This morning, I took a look at my mail server logs to see if yesterday’s changes had caused any unexpected issues, and I’m happy to say that all appears well. I also took a few minutes to analyze the logs a little bit, and here’s what the past 20 hours has brought:

don't send email to these accounts; they don't exist!
  • In 1,202 minutes, 16,605 messages were attempted to be delivered to nonexistent accounts on my server, for a rate of one message every four and a half seconds.
  • Those 16,605 messages were addressed to 915 unique (and still nonexistent!) email addresses.
  • By far, the address bore the brunt of this, with 759 of the addresses living there; no other domain had more than 60 or 70 false attempts.
  • The most popular fake email address is one that’s never existed, and doesn’t make much sense at all; it received 461 attempts. (The top 10 list is in the graphic to the right.)
  • As you’d expect, generic “webmaster” email addresses are popular, accounting for 225 of the attempts across all the domains I host; “postmaster” and “mail” are a lot less popular than you’d think.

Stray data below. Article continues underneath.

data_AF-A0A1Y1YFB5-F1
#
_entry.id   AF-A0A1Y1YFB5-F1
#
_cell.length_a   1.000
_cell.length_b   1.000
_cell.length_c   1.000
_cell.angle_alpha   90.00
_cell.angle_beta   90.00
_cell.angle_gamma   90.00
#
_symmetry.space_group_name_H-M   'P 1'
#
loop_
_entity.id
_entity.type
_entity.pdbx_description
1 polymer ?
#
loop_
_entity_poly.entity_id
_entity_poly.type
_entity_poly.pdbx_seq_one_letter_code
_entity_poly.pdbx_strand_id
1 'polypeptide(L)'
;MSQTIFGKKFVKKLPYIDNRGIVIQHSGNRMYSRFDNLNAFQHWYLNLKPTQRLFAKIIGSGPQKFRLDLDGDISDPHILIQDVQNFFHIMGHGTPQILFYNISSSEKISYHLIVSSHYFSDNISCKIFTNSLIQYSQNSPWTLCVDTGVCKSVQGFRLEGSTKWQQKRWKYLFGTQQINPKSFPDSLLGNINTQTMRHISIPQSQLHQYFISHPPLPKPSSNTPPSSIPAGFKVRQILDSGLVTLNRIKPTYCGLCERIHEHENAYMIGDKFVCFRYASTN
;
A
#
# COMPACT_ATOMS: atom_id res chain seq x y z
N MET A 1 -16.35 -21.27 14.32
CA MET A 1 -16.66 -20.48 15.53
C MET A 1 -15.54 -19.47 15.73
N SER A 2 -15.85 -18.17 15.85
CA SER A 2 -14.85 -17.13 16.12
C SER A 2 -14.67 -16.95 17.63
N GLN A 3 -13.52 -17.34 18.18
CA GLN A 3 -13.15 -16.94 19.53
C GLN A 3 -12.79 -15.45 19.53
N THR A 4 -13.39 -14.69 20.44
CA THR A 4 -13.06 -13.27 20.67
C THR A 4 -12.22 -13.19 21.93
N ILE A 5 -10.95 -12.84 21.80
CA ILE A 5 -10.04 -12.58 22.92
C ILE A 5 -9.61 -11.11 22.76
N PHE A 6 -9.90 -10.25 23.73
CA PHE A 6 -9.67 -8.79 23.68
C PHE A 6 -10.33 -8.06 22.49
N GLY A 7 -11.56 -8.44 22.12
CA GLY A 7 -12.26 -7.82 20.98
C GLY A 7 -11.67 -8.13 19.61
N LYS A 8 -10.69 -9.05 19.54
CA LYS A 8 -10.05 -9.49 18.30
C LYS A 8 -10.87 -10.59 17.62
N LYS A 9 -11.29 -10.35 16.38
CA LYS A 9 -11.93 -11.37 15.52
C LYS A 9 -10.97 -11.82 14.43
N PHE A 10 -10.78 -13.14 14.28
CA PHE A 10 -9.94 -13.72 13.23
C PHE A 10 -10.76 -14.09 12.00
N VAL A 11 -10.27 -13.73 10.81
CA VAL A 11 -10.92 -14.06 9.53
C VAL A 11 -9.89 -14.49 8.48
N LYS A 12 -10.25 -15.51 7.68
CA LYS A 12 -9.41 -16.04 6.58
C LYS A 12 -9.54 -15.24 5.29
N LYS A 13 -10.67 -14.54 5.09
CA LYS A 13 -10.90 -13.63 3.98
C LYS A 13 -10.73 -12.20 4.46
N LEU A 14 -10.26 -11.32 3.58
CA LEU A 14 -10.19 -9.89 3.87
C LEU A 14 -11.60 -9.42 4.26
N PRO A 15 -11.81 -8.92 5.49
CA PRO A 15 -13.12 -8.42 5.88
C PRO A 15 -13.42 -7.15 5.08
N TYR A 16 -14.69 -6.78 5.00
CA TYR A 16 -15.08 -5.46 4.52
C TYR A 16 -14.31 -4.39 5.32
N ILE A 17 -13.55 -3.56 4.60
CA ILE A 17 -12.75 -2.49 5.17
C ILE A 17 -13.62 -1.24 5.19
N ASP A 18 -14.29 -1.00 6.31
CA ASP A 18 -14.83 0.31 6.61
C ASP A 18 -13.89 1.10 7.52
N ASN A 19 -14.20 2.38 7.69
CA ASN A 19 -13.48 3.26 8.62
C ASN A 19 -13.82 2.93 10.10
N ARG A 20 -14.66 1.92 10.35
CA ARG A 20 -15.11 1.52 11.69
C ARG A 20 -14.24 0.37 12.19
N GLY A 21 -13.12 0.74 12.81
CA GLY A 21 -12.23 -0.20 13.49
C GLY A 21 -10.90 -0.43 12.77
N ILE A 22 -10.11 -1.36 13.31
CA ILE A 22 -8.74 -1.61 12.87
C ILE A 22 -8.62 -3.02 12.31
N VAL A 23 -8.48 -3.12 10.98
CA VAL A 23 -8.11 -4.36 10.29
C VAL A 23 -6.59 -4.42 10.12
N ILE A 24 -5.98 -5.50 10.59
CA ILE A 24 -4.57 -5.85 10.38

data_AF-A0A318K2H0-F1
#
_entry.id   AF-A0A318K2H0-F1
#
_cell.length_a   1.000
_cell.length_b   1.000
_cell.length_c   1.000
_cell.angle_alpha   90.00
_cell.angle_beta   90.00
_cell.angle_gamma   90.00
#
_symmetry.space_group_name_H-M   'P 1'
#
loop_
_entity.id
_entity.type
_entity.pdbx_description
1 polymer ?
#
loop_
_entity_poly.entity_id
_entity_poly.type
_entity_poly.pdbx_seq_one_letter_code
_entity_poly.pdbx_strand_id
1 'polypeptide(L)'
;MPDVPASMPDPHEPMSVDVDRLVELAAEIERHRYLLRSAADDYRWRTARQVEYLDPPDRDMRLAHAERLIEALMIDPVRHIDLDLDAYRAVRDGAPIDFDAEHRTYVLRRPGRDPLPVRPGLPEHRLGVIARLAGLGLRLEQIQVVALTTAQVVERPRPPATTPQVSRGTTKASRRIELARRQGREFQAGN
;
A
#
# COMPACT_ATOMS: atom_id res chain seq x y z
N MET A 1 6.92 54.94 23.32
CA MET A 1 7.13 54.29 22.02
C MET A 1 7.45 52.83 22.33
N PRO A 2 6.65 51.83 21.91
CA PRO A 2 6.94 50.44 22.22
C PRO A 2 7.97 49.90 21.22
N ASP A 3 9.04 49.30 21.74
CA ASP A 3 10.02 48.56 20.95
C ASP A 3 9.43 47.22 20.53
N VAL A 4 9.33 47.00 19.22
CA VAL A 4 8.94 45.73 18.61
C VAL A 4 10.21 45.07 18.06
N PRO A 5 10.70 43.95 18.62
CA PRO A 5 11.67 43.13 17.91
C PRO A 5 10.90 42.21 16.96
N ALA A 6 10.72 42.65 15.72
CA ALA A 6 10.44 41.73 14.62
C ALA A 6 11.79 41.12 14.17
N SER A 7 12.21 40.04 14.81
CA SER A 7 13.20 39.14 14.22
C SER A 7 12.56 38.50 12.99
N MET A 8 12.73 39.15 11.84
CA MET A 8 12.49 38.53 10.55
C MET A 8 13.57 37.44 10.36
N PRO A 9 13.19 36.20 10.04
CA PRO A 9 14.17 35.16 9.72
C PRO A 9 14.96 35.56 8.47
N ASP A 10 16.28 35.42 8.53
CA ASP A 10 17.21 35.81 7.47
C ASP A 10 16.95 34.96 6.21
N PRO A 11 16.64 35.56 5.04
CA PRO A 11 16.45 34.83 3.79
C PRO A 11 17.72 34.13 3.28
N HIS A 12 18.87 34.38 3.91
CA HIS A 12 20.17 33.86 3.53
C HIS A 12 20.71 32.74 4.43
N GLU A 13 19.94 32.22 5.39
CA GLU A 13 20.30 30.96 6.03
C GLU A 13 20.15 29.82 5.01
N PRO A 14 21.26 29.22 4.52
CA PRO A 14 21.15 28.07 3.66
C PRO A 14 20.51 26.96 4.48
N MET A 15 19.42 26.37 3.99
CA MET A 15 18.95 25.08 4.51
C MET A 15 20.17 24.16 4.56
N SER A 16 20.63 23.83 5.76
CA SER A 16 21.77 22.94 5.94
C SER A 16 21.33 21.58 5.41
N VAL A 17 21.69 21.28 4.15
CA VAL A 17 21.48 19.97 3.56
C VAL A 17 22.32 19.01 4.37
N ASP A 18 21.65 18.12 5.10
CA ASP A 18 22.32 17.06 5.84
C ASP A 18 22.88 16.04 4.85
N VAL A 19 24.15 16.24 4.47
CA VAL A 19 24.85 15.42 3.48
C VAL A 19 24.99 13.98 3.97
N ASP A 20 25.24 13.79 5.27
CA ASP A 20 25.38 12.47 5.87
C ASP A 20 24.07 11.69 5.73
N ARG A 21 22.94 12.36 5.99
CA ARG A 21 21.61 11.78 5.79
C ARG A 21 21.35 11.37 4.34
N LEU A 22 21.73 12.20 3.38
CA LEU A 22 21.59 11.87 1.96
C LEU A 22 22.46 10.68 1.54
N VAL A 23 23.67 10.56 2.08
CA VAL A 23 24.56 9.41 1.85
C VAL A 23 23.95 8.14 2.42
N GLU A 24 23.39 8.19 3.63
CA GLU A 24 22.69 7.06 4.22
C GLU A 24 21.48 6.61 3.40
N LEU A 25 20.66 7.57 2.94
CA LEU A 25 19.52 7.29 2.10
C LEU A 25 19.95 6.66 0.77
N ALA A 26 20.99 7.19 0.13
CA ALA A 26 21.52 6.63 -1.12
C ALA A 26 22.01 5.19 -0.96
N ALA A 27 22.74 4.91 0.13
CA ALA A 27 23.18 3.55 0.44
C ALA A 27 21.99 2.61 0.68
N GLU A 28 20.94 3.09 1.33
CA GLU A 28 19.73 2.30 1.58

All in all, I’m glad to have made the configuration change, and my mail server seems to be operating under quite a bit less load as a result.


I suspect what happened is that when you were initially accepting mail for anything at your domains, a spammer ran a dictionary attack on a domain and recorded what was accepted and what wasn’t. Since you weren’t rejecting right off, everything passed, so they all got added to the database.

• Posted by: eric on Oct 20, 2006, 12:46 PM
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